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Giz,

Do you have a 20ga. reloader? If not, you need to get one, and set it up to shoot 3/4oz. instead of 1oz. or 7/8oz. shot.

Also, you need to quit shooting the cheap promotional junk that's sold in WalMart and other places. I know that it appears to be economical, but they use crappy components and it's only good for hard-kicking backyard clay shooting, IMO. The promotional stuff offered by Rem., Win., and Fed. are the hardest-kicking rounds in the manufacturers lineup in whatever shot payload/gauge combination they are offered in. They use the fastest-burning powder they can find - cheap - to burn as cleanly as possible, the cheapest wad/shotcup (that frequently has no cushion), and the crummiest, softest, most un-uniform shot they can find or make - cheap. The only time I buy this stuff is when I see some Rem. Game loads in 16ga. - just to shoot it up and have the hulls to reload...and those sorry 1 oz. rounds kick noticeably harder than my own 1oz. loads. I'm always glad when they all get shot up so I can get some relief.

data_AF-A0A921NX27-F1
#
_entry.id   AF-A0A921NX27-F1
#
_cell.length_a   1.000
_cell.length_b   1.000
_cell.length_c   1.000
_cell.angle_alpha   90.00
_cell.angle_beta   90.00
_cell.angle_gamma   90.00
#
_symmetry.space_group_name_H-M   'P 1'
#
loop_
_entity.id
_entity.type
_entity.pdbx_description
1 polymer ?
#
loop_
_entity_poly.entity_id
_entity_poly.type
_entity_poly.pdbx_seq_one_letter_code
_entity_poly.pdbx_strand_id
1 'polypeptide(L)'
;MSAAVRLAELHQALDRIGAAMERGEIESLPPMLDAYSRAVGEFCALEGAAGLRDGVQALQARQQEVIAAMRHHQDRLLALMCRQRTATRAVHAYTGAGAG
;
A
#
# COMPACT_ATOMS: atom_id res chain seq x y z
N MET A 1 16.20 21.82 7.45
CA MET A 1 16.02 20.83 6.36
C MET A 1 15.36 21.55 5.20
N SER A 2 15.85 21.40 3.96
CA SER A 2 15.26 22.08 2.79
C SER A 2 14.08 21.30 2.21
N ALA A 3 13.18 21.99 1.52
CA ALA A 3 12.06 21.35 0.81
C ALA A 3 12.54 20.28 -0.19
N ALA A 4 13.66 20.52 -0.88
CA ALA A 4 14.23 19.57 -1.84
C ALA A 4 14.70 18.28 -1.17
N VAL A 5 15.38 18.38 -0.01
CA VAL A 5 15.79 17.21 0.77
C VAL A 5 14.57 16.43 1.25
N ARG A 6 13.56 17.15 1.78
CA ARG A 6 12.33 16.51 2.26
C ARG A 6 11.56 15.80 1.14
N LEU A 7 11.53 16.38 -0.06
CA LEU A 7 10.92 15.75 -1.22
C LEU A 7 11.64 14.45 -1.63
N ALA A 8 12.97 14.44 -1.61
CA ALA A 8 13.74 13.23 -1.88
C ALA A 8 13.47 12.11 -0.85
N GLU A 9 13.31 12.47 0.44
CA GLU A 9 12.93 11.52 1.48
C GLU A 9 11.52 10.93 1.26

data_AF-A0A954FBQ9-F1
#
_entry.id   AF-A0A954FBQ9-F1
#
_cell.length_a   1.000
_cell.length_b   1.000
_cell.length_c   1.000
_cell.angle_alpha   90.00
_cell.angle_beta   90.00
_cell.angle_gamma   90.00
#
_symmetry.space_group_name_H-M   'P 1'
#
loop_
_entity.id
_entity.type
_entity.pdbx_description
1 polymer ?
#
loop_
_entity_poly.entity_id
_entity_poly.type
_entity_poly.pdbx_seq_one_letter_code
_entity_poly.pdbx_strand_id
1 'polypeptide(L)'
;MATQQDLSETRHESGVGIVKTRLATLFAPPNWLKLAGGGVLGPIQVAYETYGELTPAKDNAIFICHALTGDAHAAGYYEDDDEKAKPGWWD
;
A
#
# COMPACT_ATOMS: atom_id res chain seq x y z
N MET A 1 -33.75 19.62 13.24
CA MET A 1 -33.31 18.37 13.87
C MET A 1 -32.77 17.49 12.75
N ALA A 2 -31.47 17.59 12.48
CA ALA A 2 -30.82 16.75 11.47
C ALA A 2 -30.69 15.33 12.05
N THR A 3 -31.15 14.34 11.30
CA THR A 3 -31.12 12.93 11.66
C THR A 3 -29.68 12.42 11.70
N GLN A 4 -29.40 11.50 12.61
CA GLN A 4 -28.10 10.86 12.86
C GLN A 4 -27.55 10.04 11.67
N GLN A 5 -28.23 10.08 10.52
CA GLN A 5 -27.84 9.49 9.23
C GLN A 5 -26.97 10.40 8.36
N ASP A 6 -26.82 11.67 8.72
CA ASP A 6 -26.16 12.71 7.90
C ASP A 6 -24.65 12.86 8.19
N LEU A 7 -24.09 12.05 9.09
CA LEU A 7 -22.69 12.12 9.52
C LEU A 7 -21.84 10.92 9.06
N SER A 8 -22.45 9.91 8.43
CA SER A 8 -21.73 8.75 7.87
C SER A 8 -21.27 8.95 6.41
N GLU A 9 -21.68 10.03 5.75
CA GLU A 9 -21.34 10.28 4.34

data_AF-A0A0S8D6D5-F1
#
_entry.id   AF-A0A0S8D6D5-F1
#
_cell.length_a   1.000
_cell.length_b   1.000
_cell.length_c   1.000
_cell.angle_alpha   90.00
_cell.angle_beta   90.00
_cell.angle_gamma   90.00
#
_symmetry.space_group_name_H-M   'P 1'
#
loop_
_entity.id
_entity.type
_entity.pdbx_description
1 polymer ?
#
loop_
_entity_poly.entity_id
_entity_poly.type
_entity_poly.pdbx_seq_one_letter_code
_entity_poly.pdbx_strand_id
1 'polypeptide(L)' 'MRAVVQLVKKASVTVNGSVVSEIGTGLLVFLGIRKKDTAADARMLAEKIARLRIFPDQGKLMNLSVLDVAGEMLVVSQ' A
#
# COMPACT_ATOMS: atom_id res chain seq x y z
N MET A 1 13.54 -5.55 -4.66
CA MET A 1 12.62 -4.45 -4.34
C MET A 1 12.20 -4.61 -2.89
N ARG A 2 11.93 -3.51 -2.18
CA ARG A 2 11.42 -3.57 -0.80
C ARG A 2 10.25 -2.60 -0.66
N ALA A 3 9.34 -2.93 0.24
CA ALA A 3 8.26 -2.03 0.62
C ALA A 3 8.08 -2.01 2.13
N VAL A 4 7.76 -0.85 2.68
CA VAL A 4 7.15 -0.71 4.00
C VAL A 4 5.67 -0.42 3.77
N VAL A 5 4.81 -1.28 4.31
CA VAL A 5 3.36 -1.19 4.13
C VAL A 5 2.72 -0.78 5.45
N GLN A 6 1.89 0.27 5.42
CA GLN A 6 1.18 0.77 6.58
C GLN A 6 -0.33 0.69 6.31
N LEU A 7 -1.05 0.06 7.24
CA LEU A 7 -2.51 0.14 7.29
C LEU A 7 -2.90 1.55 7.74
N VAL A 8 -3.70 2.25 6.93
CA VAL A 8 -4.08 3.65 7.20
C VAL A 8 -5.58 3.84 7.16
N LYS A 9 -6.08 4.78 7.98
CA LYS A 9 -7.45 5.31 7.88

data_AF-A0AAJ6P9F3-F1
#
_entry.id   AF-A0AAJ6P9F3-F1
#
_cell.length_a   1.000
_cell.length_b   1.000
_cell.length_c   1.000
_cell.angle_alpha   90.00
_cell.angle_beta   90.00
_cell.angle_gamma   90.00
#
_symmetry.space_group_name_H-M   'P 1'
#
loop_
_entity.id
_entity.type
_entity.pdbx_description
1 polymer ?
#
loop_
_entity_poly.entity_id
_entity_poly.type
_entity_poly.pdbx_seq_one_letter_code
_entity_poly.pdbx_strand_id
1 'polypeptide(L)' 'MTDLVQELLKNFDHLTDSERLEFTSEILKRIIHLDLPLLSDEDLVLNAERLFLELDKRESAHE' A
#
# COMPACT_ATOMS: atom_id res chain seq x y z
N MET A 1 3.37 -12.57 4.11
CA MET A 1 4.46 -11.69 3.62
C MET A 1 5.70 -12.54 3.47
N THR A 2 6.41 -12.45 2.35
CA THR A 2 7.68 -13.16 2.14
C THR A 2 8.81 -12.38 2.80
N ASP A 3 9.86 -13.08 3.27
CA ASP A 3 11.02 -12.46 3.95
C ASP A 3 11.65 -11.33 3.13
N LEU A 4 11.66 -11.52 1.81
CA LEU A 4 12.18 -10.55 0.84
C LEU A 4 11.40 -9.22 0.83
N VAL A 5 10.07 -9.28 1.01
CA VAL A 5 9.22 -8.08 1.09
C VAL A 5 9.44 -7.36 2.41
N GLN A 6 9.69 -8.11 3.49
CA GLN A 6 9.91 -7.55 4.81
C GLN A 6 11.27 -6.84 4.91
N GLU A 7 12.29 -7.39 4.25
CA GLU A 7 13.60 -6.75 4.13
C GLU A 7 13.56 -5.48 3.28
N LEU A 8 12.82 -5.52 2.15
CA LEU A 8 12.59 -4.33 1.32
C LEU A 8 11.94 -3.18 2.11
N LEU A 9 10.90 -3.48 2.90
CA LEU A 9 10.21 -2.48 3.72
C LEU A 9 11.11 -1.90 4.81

I have a ~100 year-old 20ga. Parker shotgun that I will shoot 1oz. and 7/8oz. loads in, but most of my casual shooting is done with a lower-pressure, slower, progressive-burning powder (GreenDot) and 3/4oz. shot - a 28ga. payload. This limits the battering of my shoulder and the gun, but the load is no pipsqueak. It moves fast and hits hard. Since the pattern holds together so much better, clays and doves can't tell that it isn't a 7/8oz. or even a 1oz. load.

Another factor is conditioning. Try to toughen up your shoulder by shooting at clays more frequently. Long periods of time between shotgunning is rough on a shoulder - even one that isn't problematic. It doesn't take much to toughen it up - just try to shoot your 20ga. frequently and quit long before you experience discomfort and pain. And no, shooting BPCRs will not do the same thing. You are not using the exact same place on the shoulder, or the same set of muscles when shooting a rifle - particularly on the bench. You need to be standing on your hind feet like a man and swing - using many of the same muscle combinations as a golfer.

xtm
 
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